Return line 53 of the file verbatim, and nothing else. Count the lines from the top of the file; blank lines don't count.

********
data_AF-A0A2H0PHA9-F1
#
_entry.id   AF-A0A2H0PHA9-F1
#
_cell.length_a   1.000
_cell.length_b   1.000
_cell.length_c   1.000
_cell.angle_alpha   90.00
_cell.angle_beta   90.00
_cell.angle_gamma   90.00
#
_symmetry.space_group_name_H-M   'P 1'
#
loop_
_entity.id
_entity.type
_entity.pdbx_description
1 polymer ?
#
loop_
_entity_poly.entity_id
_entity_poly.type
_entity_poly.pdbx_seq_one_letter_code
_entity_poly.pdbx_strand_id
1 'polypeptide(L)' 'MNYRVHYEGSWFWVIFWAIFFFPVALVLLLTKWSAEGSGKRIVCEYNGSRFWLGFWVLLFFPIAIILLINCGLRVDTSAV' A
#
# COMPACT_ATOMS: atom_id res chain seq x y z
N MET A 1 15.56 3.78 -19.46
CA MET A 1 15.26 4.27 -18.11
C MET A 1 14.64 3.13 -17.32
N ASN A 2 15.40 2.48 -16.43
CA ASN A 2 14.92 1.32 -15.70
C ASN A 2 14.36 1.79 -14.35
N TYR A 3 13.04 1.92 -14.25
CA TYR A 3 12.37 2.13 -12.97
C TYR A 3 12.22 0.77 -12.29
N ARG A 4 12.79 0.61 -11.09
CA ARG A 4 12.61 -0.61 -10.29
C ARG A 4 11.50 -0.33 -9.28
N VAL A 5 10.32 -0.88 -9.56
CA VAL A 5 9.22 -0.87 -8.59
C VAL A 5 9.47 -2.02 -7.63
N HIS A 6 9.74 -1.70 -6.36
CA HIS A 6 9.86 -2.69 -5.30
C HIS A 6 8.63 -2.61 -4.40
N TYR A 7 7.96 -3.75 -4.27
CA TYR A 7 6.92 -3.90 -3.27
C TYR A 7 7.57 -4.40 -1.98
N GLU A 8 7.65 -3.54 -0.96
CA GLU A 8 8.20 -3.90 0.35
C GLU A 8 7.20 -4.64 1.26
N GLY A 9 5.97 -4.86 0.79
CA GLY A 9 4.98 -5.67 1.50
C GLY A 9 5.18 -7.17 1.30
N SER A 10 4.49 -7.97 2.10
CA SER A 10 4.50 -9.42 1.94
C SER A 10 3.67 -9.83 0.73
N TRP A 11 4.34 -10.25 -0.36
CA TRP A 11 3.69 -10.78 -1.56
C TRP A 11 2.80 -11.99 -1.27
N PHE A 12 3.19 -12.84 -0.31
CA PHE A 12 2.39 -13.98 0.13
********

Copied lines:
CA GLY A 9 4.98 -5.67 1.50